Use business service management software and tools for better ITSM

Learn how business service management software and tools can help better align IT with the business and improve governance and service delivery.

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As IT continues to more deeply engage with the business, business service management (BSM) software, tools and technologies are being used to facilitate success.

In this podcast, learn more about business service management software and how CIOs can use BSM tools to measure their alignment with the organization. The podcast also touches on how BSM aligns with service level management in the enterprise. Brian Barnier, BSM expert, answers the following questions during the podcast:

  • From an overall IT governance perspective, how do BSM software and tools fit into the big picture?
  • Are business service management software and tools only about measuring "speeds and feeds"?
  • How are BSM tools used with other automated management tools to get more value?
  • Why do enterprises sometimes struggle to implement and then get full value from BSM tools?
  • How do BSM tools help IT people better align service levels to actual business needs?

BIOGRAPHY: Brian Barnier is a principal at ValueBridge Advisors, an advisory firm focused on the intersection of business effectiveness, technology economics and decision making. He advises business and technology leaders, helping to improve their cost structures and get better business results from technology -- especially in this challenging economic time. Barnier also teaches, writes, researches and serves on several best practice committees.

Read the full transcript from this podcast below:

Karen Guglielmo: Hello, my name is Karen Guglielmo, the executive editor for SearchCIO.com, and I'd like to welcome you to today's expert podcast on the importance of business service management; a tool for measuring the success of IT service delivery to the business. I'd like to first welcome today's speaker, Brian Barnier.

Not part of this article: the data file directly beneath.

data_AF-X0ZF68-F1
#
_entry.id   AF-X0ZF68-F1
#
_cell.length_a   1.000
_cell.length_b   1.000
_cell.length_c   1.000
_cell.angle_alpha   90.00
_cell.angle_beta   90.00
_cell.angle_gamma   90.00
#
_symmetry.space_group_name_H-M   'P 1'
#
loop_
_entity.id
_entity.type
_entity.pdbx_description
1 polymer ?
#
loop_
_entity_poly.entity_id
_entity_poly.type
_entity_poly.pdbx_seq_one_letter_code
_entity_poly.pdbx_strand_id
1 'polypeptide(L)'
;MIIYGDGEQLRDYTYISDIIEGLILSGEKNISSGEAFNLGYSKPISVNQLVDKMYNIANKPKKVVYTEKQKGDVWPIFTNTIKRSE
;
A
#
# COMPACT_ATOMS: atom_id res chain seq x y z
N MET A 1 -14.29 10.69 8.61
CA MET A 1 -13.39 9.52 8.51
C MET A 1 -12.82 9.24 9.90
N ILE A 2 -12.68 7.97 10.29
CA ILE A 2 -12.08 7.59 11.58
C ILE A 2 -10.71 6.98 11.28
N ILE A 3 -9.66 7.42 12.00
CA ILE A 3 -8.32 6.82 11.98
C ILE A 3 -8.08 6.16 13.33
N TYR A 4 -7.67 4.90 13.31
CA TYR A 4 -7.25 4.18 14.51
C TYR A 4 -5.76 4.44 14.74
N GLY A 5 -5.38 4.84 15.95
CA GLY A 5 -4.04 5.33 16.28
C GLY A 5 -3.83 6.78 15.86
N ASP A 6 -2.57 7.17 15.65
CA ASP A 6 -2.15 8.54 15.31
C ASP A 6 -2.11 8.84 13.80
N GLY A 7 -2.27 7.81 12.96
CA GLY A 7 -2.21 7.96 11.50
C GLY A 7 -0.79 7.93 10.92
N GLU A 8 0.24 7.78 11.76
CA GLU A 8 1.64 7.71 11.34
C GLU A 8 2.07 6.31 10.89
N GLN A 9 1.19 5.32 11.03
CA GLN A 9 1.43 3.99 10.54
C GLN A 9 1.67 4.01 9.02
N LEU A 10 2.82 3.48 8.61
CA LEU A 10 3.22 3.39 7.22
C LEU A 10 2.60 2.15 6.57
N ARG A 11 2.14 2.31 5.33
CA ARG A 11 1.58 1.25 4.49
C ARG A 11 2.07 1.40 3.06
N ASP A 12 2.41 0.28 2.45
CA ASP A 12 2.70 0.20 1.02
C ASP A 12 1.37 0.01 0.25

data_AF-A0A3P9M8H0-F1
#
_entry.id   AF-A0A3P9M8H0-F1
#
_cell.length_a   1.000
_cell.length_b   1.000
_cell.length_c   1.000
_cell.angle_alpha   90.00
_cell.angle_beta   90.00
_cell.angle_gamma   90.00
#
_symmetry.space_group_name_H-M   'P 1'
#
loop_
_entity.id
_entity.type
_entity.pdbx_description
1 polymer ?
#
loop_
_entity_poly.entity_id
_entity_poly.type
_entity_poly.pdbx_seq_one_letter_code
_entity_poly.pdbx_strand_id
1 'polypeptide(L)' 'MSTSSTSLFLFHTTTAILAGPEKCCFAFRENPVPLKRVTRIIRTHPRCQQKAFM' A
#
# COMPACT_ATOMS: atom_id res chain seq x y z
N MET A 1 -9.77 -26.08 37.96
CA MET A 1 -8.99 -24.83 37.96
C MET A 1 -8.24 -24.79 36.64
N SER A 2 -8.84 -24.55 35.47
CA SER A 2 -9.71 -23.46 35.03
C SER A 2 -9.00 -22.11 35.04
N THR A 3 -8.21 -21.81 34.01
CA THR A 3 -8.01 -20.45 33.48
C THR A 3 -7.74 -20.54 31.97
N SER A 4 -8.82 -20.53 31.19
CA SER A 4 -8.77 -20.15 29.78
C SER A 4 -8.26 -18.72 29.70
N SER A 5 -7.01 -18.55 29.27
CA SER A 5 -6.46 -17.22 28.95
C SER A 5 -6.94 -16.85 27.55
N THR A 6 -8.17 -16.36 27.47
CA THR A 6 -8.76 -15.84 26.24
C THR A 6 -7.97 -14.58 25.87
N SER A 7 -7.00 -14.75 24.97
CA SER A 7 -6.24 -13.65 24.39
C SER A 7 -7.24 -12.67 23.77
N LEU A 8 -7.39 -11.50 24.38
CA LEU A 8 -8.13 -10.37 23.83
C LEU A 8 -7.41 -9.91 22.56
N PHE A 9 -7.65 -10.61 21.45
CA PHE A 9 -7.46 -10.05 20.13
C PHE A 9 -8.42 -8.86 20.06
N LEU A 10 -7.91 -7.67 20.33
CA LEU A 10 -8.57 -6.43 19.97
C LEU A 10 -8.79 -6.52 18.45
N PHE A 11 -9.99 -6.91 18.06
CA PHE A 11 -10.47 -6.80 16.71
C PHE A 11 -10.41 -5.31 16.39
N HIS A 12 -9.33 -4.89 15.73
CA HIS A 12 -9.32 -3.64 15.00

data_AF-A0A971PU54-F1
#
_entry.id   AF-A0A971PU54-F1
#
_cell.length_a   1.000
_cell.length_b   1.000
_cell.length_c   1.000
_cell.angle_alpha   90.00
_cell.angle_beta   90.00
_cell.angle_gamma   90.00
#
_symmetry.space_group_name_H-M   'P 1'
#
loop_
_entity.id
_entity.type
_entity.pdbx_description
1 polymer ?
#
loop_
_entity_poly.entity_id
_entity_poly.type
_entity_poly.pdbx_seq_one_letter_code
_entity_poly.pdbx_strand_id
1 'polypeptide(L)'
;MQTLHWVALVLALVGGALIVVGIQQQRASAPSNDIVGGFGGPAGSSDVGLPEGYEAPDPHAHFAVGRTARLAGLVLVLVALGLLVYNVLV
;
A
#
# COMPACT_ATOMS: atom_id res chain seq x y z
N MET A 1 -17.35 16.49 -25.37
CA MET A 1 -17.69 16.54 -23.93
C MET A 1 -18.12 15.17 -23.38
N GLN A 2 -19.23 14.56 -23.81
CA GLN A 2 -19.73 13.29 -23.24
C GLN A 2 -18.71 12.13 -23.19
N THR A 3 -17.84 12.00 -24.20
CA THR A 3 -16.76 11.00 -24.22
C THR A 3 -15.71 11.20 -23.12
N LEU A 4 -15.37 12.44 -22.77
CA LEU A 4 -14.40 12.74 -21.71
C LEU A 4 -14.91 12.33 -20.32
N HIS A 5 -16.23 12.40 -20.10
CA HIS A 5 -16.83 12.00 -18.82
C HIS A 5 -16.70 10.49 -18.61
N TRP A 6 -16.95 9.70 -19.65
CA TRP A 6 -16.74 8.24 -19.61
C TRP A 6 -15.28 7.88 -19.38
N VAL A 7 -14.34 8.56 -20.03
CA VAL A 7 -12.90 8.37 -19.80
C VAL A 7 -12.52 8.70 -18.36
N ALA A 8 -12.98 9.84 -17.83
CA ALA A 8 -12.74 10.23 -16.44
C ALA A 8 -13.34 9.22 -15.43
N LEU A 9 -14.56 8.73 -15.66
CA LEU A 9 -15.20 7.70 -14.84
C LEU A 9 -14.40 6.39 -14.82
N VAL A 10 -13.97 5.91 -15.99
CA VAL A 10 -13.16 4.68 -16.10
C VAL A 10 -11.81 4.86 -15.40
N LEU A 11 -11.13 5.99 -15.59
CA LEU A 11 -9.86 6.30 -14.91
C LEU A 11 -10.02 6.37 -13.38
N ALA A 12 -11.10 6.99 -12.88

Brian is a principal at Value Bridge Advisers, an advisory firm focused on the intersection of business effectiveness, technology economics, and decision making. He advises business and technology leaders helping improve cost structures, and risk-return balance, to get better business results from technology. Especially, in these challenging economic times when enterprises must reshape to stay ahead of competitors, and seize more opportunity during the recovery cycle. He teaches widely, writes, researches, and serves on several industry best practice committees. Welcome Brian.

Brian Barnier: Thank you Karen for having me.

Karen Guglielmo: Great, and as I mentioned earlier, we're here today to talk about business service management . A tool for measuring the success of IT service delivery to the business. I'll spend the next eight plus minutes asking Brian to answer a number of questions about today's topic. So, let's get started. From an overall governance of IT perspective, how do BSM tools fit into the big picture?